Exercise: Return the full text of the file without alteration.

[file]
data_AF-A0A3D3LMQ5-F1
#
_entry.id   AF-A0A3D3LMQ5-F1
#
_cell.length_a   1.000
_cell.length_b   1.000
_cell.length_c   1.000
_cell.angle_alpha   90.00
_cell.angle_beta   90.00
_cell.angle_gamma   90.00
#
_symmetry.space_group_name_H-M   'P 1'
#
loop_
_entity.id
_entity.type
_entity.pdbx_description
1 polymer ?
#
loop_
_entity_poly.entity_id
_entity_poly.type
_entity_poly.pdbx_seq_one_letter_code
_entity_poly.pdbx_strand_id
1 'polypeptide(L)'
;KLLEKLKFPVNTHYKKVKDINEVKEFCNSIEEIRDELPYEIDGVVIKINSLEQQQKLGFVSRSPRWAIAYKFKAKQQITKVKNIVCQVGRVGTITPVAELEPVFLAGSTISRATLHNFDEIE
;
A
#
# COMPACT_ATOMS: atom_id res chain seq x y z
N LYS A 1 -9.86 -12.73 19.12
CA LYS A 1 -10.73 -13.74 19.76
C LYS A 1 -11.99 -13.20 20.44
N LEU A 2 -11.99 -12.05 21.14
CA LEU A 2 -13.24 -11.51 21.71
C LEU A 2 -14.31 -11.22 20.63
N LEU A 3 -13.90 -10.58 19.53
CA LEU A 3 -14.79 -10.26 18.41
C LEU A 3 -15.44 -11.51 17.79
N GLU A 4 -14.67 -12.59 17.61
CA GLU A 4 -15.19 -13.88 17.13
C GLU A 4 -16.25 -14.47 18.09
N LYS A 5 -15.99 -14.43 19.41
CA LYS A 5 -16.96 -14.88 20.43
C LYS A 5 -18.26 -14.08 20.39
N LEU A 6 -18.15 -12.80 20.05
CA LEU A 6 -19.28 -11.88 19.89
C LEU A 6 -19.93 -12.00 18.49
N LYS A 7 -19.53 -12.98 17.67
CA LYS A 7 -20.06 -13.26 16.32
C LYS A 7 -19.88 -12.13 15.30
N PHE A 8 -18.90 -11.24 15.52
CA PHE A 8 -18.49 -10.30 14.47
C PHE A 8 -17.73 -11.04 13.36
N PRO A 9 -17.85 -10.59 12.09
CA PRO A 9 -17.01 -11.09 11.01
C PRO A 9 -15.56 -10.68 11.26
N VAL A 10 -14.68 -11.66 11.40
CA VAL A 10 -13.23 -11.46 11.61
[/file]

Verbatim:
data_AF-A0A3D3LMQ5-F1
#
_entry.id   AF-A0A3D3LMQ5-F1
#
_cell.length_a   1.000
_cell.length_b   1.000
_cell.length_c   1.000
_cell.angle_alpha   90.00
_cell.angle_beta   90.00
_cell.angle_gamma   90.00
#
_symmetry.space_group_name_H-M   'P 1'
#
loop_
_entity.id
_entity.type
_entity.pdbx_description
1 polymer ?
#
loop_
_entity_poly.entity_id
_entity_poly.type
_entity_poly.pdbx_seq_one_letter_code
_entity_poly.pdbx_strand_id
1 'polypeptide(L)'
;KLLEKLKFPVNTHYKKVKDINEVKEFCNSIEEIRDELPYEIDGVVIKINSLEQQQKLGFVSRSPRWAIAYKFKAKQQITKVKNIVCQVGRVGTITPVAELEPVFLAGSTISRATLHNFDEIE
;
A
#
# COMPACT_ATOMS: atom_id res chain seq x y z
N LYS A 1 -9.86 -12.73 19.12
CA LYS A 1 -10.73 -13.74 19.76
C LYS A 1 -11.99 -13.20 20.44
N LEU A 2 -11.99 -12.05 21.14
CA LEU A 2 -13.24 -11.51 21.71
C LEU A 2 -14.31 -11.22 20.63
N LEU A 3 -13.90 -10.58 19.53
CA LEU A 3 -14.79 -10.26 18.41
C LEU A 3 -15.44 -11.51 17.79
N GLU A 4 -14.67 -12.59 17.61
CA GLU A 4 -15.19 -13.88 17.13
C GLU A 4 -16.25 -14.47 18.09
N LYS A 5 -15.99 -14.43 19.41
CA LYS A 5 -16.96 -14.88 20.43
C LYS A 5 -18.26 -14.08 20.39
N LEU A 6 -18.15 -12.80 20.05
CA LEU A 6 -19.28 -11.88 19.89
C LEU A 6 -19.93 -12.00 18.49
N LYS A 7 -19.53 -12.98 17.67
CA LYS A 7 -20.06 -13.26 16.32
C LYS A 7 -19.88 -12.13 15.30
N PHE A 8 -18.90 -11.24 15.52
CA PHE A 8 -18.49 -10.30 14.47
C PHE A 8 -17.73 -11.04 13.36
N PRO A 9 -17.85 -10.59 12.09
CA PRO A 9 -17.01 -11.09 11.01
C PRO A 9 -15.56 -10.68 11.26
N VAL A 10 -14.68 -11.66 11.40
CA VAL A 10 -13.23 -11.46 11.61